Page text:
All lithium-ion batteries have extremely different charging processes and capacities, which indicate their overall health. This is based on general usage, number of charge and discharge cycles, temperature, charging methods, etc. Generally, when the battery reaches approximately 90% charge level, the current starts to decrease and BrightZero algorithm identifies the correct point when the charging process should be stopped to maintain battery health. In some cases (especially newer devices that are designed to be charged at 5V or more), the battery might reach 100% until the current starts to decrease. However, instead of staring too rigidly the exact percentage (“100” and “0” on the user facing indicator don’t have anything to do with the actual state), the main thing is to prevent overcharging as soon as the charging process is completed (even in cases the battery manages to reach 100%).

Does the power feed really cut down to 0 after the battery is charged?

Regarding a charger implementation, there will be a very minimal fraction of power feed still left, when the charger is set to deep sleep mode after the charging is stopped. This energy is used by an algorithm to wake up charger when another charge starts (device plugged in).

Does the solution require an activation button / changes to the charger’s or outlet’s mechanics?

The BrightZero feature can be activated at USB-C and USB-A by plugging in a charging cable. The AC outlet implementation needs a separate activation (button etc.) to trigger BrightZero.

Don’t new smart phones already have battery optimization software?

Yes, many of them have one. It is scientifically proven that charging a li-ion battery to 80% will keep it in shape for a much longer period than by charging it to 100%. For most people, 80% is enough to make it through the rest of the day. Keeping this in mind, the newest iOS and Android operating systems provide options for optimized charging. For example, on iOS, if enabled by user, the feature will charge the battery fast up to 80%, and switch then into ‘trickle charge’ mode, topping up the battery to keep it at 80-100% range the whole time it’s connected to the charger (often for many hours straight). The providers also offer manuals for users about manually charging the device correctly to prolong battery life, resulting in extra work for the user. However, there are still billions of devices that have no battery management system (BMS) and smart interface for monitoring battery health. Such devices are also charged continually every day*.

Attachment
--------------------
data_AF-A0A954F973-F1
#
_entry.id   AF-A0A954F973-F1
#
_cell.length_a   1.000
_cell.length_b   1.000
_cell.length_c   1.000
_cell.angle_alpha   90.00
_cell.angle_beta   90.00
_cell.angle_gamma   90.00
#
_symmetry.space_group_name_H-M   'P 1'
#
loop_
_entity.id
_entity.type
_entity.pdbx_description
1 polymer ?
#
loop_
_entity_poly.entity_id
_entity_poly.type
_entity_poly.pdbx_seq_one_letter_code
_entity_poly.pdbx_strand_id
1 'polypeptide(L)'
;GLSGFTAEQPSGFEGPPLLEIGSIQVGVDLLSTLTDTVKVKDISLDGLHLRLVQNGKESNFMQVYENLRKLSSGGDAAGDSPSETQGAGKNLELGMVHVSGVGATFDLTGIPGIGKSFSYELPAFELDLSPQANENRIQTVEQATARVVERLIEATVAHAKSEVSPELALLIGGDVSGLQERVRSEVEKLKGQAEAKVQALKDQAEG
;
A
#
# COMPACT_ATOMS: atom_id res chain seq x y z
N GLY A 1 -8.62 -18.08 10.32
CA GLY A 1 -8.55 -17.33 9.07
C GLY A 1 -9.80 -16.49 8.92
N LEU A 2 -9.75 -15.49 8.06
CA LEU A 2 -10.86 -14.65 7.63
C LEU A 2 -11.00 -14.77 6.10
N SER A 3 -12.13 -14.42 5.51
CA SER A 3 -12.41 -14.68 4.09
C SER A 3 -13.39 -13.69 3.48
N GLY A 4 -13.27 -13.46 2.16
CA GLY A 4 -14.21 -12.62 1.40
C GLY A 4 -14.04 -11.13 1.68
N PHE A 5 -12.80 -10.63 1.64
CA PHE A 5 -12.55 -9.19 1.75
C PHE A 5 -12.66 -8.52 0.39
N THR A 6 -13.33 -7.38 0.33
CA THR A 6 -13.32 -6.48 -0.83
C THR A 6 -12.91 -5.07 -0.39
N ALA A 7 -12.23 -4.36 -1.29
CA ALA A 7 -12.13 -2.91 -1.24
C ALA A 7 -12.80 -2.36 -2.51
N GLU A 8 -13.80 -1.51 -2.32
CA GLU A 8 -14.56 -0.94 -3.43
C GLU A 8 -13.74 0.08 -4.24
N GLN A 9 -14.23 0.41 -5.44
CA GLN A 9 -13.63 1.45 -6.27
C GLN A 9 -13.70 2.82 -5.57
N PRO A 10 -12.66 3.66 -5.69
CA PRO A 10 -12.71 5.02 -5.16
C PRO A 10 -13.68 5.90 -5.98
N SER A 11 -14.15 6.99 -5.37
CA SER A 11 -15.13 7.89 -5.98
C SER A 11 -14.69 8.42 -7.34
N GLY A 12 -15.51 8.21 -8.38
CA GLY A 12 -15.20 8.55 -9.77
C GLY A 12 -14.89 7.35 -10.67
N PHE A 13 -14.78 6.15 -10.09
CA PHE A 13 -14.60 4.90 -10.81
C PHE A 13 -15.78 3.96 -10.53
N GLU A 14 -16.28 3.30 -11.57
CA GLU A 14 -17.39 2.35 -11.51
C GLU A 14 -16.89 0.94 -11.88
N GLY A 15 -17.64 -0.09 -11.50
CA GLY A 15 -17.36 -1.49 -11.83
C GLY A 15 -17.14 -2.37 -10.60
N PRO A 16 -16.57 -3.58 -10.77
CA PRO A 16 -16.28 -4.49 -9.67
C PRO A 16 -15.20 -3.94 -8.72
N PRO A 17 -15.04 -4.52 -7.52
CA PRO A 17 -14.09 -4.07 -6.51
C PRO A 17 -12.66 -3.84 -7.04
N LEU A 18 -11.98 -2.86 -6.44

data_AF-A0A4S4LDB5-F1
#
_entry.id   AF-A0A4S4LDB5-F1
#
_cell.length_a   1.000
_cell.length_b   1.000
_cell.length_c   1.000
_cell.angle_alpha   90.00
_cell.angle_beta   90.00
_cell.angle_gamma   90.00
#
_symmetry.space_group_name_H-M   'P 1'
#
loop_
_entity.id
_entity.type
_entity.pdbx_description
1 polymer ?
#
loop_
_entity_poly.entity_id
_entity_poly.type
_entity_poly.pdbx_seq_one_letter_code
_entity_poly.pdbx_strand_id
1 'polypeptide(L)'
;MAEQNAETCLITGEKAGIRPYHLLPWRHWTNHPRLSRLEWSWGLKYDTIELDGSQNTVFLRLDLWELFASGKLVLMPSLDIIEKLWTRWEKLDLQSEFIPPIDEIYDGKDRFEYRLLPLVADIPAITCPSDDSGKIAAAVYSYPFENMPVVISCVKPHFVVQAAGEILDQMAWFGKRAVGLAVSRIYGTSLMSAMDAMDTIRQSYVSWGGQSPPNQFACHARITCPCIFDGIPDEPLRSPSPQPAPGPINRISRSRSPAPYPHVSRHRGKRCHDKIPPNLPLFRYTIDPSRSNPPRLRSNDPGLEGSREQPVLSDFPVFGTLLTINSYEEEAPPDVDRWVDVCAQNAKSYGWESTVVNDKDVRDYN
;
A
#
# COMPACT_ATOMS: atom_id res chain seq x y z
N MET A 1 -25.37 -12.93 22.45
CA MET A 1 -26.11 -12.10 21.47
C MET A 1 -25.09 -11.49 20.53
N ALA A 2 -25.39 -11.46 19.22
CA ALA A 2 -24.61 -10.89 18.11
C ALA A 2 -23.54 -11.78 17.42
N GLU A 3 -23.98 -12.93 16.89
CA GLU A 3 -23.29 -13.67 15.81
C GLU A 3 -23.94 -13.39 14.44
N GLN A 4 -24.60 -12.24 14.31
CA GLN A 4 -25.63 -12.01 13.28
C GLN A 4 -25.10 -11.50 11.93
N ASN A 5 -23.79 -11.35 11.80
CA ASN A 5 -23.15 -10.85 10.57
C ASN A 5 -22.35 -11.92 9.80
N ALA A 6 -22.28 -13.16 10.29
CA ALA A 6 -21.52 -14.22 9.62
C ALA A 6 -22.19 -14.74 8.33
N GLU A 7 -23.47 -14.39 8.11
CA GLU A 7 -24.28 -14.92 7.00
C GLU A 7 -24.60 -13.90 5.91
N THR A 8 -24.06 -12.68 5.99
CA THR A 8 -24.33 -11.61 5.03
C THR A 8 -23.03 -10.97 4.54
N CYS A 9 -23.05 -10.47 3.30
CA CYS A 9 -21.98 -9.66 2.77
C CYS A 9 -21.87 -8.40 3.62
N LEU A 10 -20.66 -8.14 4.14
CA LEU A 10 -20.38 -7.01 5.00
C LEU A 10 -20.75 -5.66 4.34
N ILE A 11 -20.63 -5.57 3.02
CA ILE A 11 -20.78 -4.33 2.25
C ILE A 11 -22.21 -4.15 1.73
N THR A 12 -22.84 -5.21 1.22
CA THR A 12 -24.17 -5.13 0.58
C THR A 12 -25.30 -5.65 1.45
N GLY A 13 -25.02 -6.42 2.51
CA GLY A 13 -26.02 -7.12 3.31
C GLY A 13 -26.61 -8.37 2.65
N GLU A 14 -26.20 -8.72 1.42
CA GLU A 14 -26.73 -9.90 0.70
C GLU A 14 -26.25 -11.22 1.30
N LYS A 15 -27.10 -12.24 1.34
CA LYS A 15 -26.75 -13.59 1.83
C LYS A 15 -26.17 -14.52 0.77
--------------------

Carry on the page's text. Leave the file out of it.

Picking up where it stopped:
In addition, the currently available battery management systems (BMS) are highly dependent on the device and battery type, which result in interoperability problems across device providers. This can create additional costs. Moreover, an increasing number of devices are delivered with ‘glued-in’ batteries, like iPhones, headsets, etc. With such devices, optimal charging and the prevention of overcharging are extremely important to maintain battery’s longevity, especially when fast charging is applied to them, to avoid unnecessary replacements and costs.

BrightCharger’s BrightZero is a charger-based solution has its default charge level set at 90-100%, slightly above the optimal 80%. As soon as that level is reached, the power feed to the battery is cut-off and the charger is put to sleep. For the user it means, the battery won’t drain below 80% right away, when the device is taken in use after charging. Moreover, the battery will avoid the unnecessary, continuous stress caused by trickle charge mode (e.g., during overnight charging), when it’s still plugged in. Cutting off power feed also improves safety of users and infrastructure, and user experience by our tech basically ‘unplugging’ the charger and the device at the right moment for the user. The solution saves energy when applied to daily charging of billions of devices (elimination of idle and trickle charge consumption). The users of our tech won’t have to think about the right charging sequence. What is more, they do not need to know if their device has a battery management system, how it works, or how to activate it. We think that everyone should have access to optimized and safe charging with any device, anywhere. That’s why our technology is developed not to be dependent on device, battery type or even voltage range.